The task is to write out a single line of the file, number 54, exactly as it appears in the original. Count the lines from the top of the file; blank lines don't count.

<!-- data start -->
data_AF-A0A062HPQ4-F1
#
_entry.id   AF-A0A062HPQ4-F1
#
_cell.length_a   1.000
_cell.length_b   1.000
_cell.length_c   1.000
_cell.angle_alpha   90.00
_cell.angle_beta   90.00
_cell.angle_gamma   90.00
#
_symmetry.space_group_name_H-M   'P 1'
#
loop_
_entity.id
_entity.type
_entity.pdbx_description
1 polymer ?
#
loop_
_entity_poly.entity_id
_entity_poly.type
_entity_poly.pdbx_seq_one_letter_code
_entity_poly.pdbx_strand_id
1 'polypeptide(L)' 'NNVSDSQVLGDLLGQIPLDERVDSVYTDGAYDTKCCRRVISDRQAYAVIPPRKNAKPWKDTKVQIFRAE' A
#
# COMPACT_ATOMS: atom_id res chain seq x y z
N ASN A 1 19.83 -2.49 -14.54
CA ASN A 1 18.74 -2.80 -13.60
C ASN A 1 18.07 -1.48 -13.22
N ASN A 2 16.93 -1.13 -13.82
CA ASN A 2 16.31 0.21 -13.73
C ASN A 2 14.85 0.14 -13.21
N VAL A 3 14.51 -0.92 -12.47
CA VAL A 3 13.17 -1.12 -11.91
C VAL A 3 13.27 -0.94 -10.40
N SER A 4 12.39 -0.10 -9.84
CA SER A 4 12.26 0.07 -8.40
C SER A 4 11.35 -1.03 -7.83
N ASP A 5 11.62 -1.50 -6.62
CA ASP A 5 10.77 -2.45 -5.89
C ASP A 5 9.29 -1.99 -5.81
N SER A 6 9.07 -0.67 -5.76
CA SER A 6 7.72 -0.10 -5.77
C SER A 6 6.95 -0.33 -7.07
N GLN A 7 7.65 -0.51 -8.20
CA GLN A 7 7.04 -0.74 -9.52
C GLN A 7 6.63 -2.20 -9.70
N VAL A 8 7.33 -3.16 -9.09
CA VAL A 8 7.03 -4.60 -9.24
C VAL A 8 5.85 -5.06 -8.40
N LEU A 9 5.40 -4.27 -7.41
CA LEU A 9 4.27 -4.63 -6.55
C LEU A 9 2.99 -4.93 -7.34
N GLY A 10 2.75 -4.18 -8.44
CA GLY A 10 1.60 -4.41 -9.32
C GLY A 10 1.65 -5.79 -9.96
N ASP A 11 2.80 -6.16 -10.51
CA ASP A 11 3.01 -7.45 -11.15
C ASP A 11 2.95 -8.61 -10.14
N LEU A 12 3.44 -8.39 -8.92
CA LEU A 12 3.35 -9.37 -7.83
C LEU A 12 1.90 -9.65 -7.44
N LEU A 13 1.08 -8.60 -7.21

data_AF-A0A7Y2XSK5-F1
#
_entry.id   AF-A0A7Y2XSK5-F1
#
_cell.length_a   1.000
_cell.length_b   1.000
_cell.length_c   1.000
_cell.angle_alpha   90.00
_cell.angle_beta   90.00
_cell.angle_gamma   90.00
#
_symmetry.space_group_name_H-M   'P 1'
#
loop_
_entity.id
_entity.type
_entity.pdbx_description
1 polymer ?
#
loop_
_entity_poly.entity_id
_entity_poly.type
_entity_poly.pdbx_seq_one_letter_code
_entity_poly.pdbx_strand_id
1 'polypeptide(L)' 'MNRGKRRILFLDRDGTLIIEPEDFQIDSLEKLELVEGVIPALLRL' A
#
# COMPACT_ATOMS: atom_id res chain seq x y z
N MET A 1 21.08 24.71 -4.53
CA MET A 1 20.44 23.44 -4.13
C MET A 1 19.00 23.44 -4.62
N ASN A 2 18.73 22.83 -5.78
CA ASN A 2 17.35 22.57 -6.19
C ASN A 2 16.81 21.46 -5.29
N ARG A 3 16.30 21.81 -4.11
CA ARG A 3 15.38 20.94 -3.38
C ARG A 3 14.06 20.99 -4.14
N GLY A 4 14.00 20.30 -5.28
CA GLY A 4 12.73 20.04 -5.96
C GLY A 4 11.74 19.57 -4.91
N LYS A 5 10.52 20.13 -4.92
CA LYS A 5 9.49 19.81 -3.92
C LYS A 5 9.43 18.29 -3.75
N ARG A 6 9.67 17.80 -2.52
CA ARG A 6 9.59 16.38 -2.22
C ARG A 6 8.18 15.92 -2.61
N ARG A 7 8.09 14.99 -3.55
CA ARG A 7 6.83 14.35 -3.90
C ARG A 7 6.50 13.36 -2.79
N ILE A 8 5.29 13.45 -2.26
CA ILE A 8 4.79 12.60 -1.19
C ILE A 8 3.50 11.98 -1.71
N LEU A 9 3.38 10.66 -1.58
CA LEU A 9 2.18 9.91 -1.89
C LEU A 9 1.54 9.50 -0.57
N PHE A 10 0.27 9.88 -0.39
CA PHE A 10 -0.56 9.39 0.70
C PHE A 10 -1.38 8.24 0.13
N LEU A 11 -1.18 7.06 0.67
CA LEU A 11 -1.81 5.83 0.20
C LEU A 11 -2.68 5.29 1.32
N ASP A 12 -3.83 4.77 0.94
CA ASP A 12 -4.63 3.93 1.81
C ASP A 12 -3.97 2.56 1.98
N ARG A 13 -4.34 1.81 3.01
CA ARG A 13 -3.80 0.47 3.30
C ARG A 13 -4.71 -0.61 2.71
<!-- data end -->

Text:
C LEU A 9 2.99 -4.93 -7.34